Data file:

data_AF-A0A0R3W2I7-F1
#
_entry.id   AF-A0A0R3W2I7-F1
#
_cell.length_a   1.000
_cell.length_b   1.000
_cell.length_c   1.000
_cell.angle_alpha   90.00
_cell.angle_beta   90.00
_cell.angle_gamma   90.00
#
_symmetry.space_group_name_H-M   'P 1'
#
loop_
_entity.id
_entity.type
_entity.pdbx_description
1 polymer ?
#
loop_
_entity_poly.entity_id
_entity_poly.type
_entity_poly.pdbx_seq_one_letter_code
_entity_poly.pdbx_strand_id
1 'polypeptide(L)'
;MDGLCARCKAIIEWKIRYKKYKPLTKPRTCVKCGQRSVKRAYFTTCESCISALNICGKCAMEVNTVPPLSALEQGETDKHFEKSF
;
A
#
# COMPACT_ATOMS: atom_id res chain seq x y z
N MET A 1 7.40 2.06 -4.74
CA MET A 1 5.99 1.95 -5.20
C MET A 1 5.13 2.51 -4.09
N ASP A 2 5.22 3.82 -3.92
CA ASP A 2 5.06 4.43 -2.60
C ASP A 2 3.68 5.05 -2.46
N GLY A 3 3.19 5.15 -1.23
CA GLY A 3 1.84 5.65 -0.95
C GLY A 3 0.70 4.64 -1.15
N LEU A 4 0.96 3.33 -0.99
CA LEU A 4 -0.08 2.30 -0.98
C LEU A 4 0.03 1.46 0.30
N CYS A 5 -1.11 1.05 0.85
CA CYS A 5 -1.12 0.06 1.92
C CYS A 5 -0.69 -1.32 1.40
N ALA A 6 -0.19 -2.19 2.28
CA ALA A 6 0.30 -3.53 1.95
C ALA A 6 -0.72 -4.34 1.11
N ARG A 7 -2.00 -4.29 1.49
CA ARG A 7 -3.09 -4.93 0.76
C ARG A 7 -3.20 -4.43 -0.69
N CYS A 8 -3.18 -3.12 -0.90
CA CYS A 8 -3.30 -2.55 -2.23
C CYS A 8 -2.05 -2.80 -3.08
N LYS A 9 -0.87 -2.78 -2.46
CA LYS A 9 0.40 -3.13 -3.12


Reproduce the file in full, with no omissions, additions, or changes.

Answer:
data_AF-A0A0R3W2I7-F1
#
_entry.id   AF-A0A0R3W2I7-F1
#
_cell.length_a   1.000
_cell.length_b   1.000
_cell.length_c   1.000
_cell.angle_alpha   90.00
_cell.angle_beta   90.00
_cell.angle_gamma   90.00
#
_symmetry.space_group_name_H-M   'P 1'
#
loop_
_entity.id
_entity.type
_entity.pdbx_description
1 polymer ?
#
loop_
_entity_poly.entity_id
_entity_poly.type
_entity_poly.pdbx_seq_one_letter_code
_entity_poly.pdbx_strand_id
1 'polypeptide(L)'
;MDGLCARCKAIIEWKIRYKKYKPLTKPRTCVKCGQRSVKRAYFTTCESCISALNICGKCAMEVNTVPPLSALEQGETDKHFEKSF
;
A
#
# COMPACT_ATOMS: atom_id res chain seq x y z
N MET A 1 7.40 2.06 -4.74
CA MET A 1 5.99 1.95 -5.20
C MET A 1 5.13 2.51 -4.09
N ASP A 2 5.22 3.82 -3.92
CA ASP A 2 5.06 4.43 -2.60
C ASP A 2 3.68 5.05 -2.46
N GLY A 3 3.19 5.15 -1.23
CA GLY A 3 1.84 5.65 -0.95
C GLY A 3 0.70 4.64 -1.15
N LEU A 4 0.96 3.33 -0.99
CA LEU A 4 -0.08 2.30 -0.98
C LEU A 4 0.03 1.46 0.30
N CYS A 5 -1.11 1.05 0.85
CA CYS A 5 -1.12 0.06 1.92
C CYS A 5 -0.69 -1.32 1.40
N ALA A 6 -0.19 -2.19 2.28
CA ALA A 6 0.30 -3.53 1.95
C ALA A 6 -0.72 -4.34 1.11
N ARG A 7 -2.00 -4.29 1.49
CA ARG A 7 -3.09 -4.93 0.76
C ARG A 7 -3.20 -4.43 -0.69
N CYS A 8 -3.18 -3.12 -0.90
CA CYS A 8 -3.30 -2.55 -2.23
C CYS A 8 -2.05 -2.80 -3.08
N LYS A 9 -0.87 -2.78 -2.46
CA LYS A 9 0.40 -3.13 -3.12